- 1 tsp. baking soda
- ¼ cup flour
- 4 ⅓ cups heavy cream
- 2 cups maple syrup
- 20 eggs, scrambled and cooked
- 1 lb bacon, cooked until crisp, bacon fat reserved
- 1 lb bulk sage breakfast sausage, cooked
- 1 lb cheddar cheese, shredded


1. Mix the buttermilk, milk, sugar, and ¼ cup butter in a bowl.  In a larger bowl, whisk the 2 cups flour, baking powder, and baking soda.  Gently mix the wet ingredients into the dry ingredients. Cook the pancakes as large as you are comfortable making them over medium heat until golden brown on each side.
2. Mix ¼ cup butter, ¼ cup of flour, and reserved bacon fat over medium heat and cook for 1 minute.  Whisk in 4 cups of heavy cream and maple syrup and cook over low heat until thickened, about 30 minutes.  
3. Puree the cooked scrambled eggs and ⅓ cup of heavy cream in a food processor. Cut the pancakes into rectangular strips, saving the scraps to fill in the gaps.
4. Layer the lasagna like this: Butter a 9 x 13 casserole dish, ½ the pancake strips and any needed scraps, ¼ of the bechamel, all the sausage, ½ of the eggs, ¼ of the bechamel, ½ of the cheese, ½ the pancake strips and any needed scraps, ¼ of the bechamel, all the bacon, ¼ of the bechamel, ½ of the eggs, ½ of the cheese.  Cook at 375 degrees for 10 minutes or until cheese is well melted.  


This dish is best eaten the day it is made.


For my last dish I decided to stay in Europe, and play off of my one of my favorite non-Italian pasta dishes, pierogi.  It’s like a ravioli filled with potatoes, cheese, caramelized onions, or sometimes mushrooms or meat, and then topped with sour cream.  It seemed like a clear winner for a lasagna, and you know what, it absolutely was.  Along with the preceding week’s pancake lasagna, this dish was amazing.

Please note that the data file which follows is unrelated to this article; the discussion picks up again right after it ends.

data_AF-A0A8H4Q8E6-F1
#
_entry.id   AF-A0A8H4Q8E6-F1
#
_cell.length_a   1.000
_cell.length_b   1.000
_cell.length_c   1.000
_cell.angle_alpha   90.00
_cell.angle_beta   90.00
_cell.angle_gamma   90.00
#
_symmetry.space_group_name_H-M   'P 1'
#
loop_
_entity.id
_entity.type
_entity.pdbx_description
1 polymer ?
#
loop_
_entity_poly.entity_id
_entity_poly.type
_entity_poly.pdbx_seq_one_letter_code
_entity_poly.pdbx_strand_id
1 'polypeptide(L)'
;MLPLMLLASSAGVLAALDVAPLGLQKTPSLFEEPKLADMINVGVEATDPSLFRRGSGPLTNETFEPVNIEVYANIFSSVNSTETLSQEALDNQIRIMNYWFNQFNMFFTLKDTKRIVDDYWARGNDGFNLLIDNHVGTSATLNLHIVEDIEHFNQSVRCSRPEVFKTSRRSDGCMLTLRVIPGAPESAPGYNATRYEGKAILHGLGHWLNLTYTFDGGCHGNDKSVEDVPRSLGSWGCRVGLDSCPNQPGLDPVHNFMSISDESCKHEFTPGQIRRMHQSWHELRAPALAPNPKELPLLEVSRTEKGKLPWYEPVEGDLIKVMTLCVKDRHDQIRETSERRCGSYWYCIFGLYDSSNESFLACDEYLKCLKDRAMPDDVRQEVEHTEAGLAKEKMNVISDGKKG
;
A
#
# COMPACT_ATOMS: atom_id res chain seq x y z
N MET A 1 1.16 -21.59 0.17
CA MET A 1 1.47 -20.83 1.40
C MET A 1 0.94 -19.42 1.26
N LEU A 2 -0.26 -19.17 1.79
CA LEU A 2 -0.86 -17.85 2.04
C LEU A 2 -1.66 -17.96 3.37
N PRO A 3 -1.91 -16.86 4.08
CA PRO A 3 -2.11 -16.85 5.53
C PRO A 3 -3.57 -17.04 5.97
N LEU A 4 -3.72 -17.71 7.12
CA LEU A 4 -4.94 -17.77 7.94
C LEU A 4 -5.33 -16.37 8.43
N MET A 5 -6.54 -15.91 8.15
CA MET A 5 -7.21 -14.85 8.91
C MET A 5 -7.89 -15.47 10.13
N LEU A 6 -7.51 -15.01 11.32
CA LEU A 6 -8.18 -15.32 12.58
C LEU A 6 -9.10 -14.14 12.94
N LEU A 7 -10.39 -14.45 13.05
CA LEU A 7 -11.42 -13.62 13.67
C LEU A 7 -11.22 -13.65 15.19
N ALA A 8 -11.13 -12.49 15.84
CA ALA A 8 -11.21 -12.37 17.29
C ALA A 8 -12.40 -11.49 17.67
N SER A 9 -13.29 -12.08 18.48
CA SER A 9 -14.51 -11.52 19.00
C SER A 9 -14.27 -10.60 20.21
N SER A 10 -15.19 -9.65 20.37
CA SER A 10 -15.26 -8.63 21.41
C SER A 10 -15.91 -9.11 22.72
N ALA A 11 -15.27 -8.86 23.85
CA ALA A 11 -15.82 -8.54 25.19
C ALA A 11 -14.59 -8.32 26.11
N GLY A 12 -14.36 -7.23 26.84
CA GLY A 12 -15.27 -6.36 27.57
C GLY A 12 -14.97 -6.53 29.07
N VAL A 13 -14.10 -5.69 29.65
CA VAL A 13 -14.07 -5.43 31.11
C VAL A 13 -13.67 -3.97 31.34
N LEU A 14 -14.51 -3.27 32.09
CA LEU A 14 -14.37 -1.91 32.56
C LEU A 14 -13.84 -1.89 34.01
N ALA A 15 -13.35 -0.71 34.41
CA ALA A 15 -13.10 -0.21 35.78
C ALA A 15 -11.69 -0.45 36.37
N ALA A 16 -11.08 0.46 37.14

Pierogi Lasagna
- 3 lbs sweet onions, sliced thin
- 1 stick butter
- 3.5 lbs russet potatoes, peeled, cut into chunks, and boiled until cooked through
- 1 ½ cups sour cream
- milk
- 1 lb. white mushrooms, sliced
- 10 cloves of garlic, minced
- fresh or dried thyme leaves
- 12 lasagna noodles, cooked al dente, drained, and rinsed
- 15 oz. ricotta cheese
- 1 lb cheddar cheese, shredded.


1. Saute the onions in ½ stick of butter over medium heat until deep golden brown, about 30 minutes. Salt to taste
2. Mash the cooked potatoes, sour cream, ½ stick butter, salt to taste, and enough milk to make them into a loose mashed potato.
3. Saute the mushrooms in a little oil, over medium heat until all the liquid has evaporated and they turn golden brown.  Add the garlic and thyme and cook until fragrant.  Add salt to taste.
4. Grease a 9x13 casserole dish then do this sequence three times: ⅓ noodles, ⅓ mashed potatoes, ⅓ ricotta, ⅓ mushrooms, ⅓ cheddar (make sure there is plenty of cheddar for the top layer).
5. Bake at 350 degrees until the cheese is fully melted and the filling is bubbly.

What about you.  What's your favorite lasagne? Mushroom? Vegetable? Chicken?  Tell me some of your good ideas in the comments.